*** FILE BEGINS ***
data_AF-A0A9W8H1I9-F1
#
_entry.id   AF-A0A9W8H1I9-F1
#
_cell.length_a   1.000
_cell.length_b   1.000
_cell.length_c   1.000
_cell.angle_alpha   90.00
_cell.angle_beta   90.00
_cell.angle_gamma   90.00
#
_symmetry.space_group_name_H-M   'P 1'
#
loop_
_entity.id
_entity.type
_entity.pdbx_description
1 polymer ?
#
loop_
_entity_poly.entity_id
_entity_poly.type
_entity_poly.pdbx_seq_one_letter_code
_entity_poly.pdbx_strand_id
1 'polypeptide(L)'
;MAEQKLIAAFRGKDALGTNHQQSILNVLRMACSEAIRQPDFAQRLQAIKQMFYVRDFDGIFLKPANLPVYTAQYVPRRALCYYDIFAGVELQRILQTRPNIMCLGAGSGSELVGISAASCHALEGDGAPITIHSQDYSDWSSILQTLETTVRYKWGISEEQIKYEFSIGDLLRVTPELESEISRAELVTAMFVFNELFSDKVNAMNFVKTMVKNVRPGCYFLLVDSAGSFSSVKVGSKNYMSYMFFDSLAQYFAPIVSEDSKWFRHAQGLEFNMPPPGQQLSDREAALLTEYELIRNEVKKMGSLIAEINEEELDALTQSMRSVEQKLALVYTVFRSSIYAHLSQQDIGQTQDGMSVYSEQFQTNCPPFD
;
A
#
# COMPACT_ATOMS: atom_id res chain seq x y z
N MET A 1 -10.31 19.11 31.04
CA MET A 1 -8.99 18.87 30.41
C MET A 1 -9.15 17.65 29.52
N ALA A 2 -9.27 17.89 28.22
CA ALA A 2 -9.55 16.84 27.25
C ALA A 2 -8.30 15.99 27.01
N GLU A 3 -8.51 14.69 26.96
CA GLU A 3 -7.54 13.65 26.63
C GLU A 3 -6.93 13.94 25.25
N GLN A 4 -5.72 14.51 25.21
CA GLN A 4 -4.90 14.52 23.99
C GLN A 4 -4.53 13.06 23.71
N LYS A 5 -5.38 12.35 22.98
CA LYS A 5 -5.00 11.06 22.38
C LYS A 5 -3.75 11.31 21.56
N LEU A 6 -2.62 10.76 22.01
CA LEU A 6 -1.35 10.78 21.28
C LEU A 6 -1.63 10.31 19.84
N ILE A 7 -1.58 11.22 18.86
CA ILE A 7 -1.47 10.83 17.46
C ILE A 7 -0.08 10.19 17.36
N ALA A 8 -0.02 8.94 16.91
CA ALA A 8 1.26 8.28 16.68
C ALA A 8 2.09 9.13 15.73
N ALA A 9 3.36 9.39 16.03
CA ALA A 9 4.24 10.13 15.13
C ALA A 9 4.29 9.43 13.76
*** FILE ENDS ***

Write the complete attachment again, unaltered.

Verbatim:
data_AF-A0A9W8H1I9-F1
#
_entry.id   AF-A0A9W8H1I9-F1
#
_cell.length_a   1.000
_cell.length_b   1.000
_cell.length_c   1.000
_cell.angle_alpha   90.00
_cell.angle_beta   90.00
_cell.angle_gamma   90.00
#
_symmetry.space_group_name_H-M   'P 1'
#
loop_
_entity.id
_entity.type
_entity.pdbx_description
1 polymer ?
#
loop_
_entity_poly.entity_id
_entity_poly.type
_entity_poly.pdbx_seq_one_letter_code
_entity_poly.pdbx_strand_id
1 'polypeptide(L)'
;MAEQKLIAAFRGKDALGTNHQQSILNVLRMACSEAIRQPDFAQRLQAIKQMFYVRDFDGIFLKPANLPVYTAQYVPRRALCYYDIFAGVELQRILQTRPNIMCLGAGSGSELVGISAASCHALEGDGAPITIHSQDYSDWSSILQTLETTVRYKWGISEEQIKYEFSIGDLLRVTPELESEISRAELVTAMFVFNELFSDKVNAMNFVKTMVKNVRPGCYFLLVDSAGSFSSVKVGSKNYMSYMFFDSLAQYFAPIVSEDSKWFRHAQGLEFNMPPPGQQLSDREAALLTEYELIRNEVKKMGSLIAEINEEELDALTQSMRSVEQKLALVYTVFRSSIYAHLSQQDIGQTQDGMSVYSEQFQTNCPPFD
;
A
#
# COMPACT_ATOMS: atom_id res chain seq x y z
N MET A 1 -10.31 19.11 31.04
CA MET A 1 -8.99 18.87 30.41
C MET A 1 -9.15 17.65 29.52
N ALA A 2 -9.27 17.89 28.22
CA ALA A 2 -9.55 16.84 27.25
C ALA A 2 -8.30 15.99 27.01
N GLU A 3 -8.51 14.69 26.96
CA GLU A 3 -7.54 13.65 26.63
C GLU A 3 -6.93 13.94 25.25
N GLN A 4 -5.72 14.51 25.21
CA GLN A 4 -4.90 14.52 23.99
C GLN A 4 -4.53 13.06 23.71
N LYS A 5 -5.38 12.35 22.98
CA LYS A 5 -5.00 11.06 22.38
C LYS A 5 -3.75 11.31 21.56
N LEU A 6 -2.62 10.76 22.01
CA LEU A 6 -1.35 10.78 21.28
C LEU A 6 -1.63 10.31 19.84
N ILE A 7 -1.58 11.22 18.86
CA ILE A 7 -1.47 10.83 17.46
C ILE A 7 -0.08 10.19 17.36
N ALA A 8 -0.02 8.94 16.91
CA ALA A 8 1.26 8.28 16.68
C ALA A 8 2.09 9.13 15.73
N ALA A 9 3.36 9.39 16.03
CA ALA A 9 4.24 10.13 15.13
C ALA A 9 4.29 9.43 13.76